Dr. David McCartney is asked what one word best describes the essence of recovery. ‘Hope,’ he replies. ‘Of course, you can’t prescribe hope, it doesn’t come in a bottle…’
James Deakin makes an interesting point derived from his observations at North Wales Recovery Communities: ‘The more intelligent you are, the more intellectual you are, the recovery process is harder, because they look at it and think the problem is so complex and it invades every single element of my life, therefore the answer must be as complex…’
Wendy Dossett considers herself recovering from addiction, rather than being recovered, as she is concerned that if she had a drink she may find herself in the same position she was in 18 years ago, just before she stopped drinking.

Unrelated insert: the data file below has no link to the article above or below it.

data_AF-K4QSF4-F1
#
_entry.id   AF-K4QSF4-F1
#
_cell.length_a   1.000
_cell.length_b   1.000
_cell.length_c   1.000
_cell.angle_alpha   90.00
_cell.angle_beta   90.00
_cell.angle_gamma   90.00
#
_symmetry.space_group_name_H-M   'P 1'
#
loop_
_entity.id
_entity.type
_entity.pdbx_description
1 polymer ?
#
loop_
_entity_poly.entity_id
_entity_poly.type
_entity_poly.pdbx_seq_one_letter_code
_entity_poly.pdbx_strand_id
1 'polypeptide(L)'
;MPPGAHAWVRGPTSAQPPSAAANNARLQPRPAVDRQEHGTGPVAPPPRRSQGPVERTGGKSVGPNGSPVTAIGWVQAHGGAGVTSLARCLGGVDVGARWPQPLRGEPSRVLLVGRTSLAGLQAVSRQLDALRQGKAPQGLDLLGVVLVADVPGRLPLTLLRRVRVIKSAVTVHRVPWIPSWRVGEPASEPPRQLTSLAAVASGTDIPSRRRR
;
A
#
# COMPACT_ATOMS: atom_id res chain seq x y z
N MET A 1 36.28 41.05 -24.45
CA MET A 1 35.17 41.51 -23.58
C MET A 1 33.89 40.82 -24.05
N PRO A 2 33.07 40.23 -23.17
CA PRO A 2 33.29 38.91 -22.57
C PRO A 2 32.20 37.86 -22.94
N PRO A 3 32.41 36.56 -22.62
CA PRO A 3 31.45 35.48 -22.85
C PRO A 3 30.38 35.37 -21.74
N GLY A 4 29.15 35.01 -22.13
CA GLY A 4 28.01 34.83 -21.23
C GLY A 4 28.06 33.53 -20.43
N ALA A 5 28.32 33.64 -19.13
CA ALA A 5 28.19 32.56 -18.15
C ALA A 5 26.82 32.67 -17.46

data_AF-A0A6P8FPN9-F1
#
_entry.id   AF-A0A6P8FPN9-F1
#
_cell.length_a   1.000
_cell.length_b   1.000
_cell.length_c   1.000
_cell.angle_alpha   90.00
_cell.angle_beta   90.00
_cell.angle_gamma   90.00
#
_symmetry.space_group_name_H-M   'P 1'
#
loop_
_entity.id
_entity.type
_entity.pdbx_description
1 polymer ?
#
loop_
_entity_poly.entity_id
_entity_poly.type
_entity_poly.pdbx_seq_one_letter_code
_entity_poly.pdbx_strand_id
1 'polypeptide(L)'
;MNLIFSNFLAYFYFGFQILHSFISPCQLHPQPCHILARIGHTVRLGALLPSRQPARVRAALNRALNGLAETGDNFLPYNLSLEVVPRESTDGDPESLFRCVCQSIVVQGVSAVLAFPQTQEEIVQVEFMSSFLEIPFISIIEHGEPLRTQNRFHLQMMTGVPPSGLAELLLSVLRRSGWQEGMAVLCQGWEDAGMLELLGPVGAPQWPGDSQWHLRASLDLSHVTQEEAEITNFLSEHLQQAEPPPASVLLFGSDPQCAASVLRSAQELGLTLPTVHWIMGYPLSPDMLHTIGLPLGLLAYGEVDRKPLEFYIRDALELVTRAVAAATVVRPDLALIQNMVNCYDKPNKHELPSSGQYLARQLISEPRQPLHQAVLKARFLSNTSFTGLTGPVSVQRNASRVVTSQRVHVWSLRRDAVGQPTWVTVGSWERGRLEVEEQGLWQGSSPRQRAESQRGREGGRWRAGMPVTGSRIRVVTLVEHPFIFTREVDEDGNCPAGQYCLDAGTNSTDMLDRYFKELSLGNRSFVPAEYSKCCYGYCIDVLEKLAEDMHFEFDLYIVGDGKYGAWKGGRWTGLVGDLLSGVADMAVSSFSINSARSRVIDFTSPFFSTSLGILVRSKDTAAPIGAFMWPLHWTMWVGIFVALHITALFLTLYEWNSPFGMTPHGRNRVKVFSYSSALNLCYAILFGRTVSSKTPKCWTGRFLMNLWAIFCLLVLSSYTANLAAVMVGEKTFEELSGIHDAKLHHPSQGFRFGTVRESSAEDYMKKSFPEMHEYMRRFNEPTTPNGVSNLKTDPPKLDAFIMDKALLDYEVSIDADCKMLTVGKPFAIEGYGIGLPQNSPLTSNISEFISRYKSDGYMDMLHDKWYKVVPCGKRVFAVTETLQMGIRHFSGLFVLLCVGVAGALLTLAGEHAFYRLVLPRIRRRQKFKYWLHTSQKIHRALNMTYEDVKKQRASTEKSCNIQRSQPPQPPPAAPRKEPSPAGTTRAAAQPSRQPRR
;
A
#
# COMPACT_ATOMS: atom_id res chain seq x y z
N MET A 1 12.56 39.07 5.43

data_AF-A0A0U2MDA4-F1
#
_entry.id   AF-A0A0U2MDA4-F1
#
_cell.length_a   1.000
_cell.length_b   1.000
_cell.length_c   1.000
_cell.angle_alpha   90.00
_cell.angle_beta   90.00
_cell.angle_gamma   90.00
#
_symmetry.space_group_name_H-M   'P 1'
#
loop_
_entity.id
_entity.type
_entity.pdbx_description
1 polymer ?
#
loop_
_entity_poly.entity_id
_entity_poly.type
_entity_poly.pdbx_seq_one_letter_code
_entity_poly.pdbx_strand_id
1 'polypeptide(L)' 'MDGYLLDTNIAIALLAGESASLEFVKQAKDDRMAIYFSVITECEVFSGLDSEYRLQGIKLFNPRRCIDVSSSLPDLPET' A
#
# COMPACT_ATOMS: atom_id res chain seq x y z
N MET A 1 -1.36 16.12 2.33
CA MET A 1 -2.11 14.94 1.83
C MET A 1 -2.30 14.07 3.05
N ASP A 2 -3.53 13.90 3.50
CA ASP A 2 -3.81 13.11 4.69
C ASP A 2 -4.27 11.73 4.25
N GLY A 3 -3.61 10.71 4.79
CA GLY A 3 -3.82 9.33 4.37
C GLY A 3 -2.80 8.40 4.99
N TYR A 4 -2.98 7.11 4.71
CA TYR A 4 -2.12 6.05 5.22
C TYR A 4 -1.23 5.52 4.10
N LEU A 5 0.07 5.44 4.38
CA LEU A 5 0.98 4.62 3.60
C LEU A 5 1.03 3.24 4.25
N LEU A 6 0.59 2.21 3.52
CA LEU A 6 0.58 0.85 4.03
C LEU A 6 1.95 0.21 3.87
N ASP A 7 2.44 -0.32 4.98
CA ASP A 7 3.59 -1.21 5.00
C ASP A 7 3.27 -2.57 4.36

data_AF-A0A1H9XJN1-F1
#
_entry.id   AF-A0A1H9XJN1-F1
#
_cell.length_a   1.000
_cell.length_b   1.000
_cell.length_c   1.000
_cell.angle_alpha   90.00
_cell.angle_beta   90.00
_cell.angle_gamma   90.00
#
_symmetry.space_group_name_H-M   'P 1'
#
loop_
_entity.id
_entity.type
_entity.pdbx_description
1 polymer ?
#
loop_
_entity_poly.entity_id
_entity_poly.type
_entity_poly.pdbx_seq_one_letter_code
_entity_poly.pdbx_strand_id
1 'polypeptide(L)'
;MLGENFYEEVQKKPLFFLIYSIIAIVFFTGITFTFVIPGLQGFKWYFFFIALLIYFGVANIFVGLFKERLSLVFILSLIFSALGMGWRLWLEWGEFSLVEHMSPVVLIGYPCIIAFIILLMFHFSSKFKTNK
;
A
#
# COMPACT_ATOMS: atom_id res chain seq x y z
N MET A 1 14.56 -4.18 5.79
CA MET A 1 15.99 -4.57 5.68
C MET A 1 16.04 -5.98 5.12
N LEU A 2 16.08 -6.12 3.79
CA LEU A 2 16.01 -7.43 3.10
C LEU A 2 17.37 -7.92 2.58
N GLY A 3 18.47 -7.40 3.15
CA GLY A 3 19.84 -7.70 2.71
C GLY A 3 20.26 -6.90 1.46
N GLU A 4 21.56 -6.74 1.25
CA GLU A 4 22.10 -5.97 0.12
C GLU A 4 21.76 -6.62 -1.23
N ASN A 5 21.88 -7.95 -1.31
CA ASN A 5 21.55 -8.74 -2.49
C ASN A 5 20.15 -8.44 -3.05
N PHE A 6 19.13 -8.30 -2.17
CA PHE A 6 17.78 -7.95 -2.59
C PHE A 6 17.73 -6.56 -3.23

Huseyin Djemil describes someone on methadone who sat amongst a group of recovery people at the Towards Recovery Cafe in Henley-on-Thames and asked ‘How do I get what they’ve got.’ He later transformed his life. Huseyin talks about the impact of recovering people on others.
And another observation of James’s: ‘But at some point something just switches, there’s a change in your head where it goes from you being desperate not to use to it’s just being, “life’s far easier if I don’t drink and I don’t drug”.’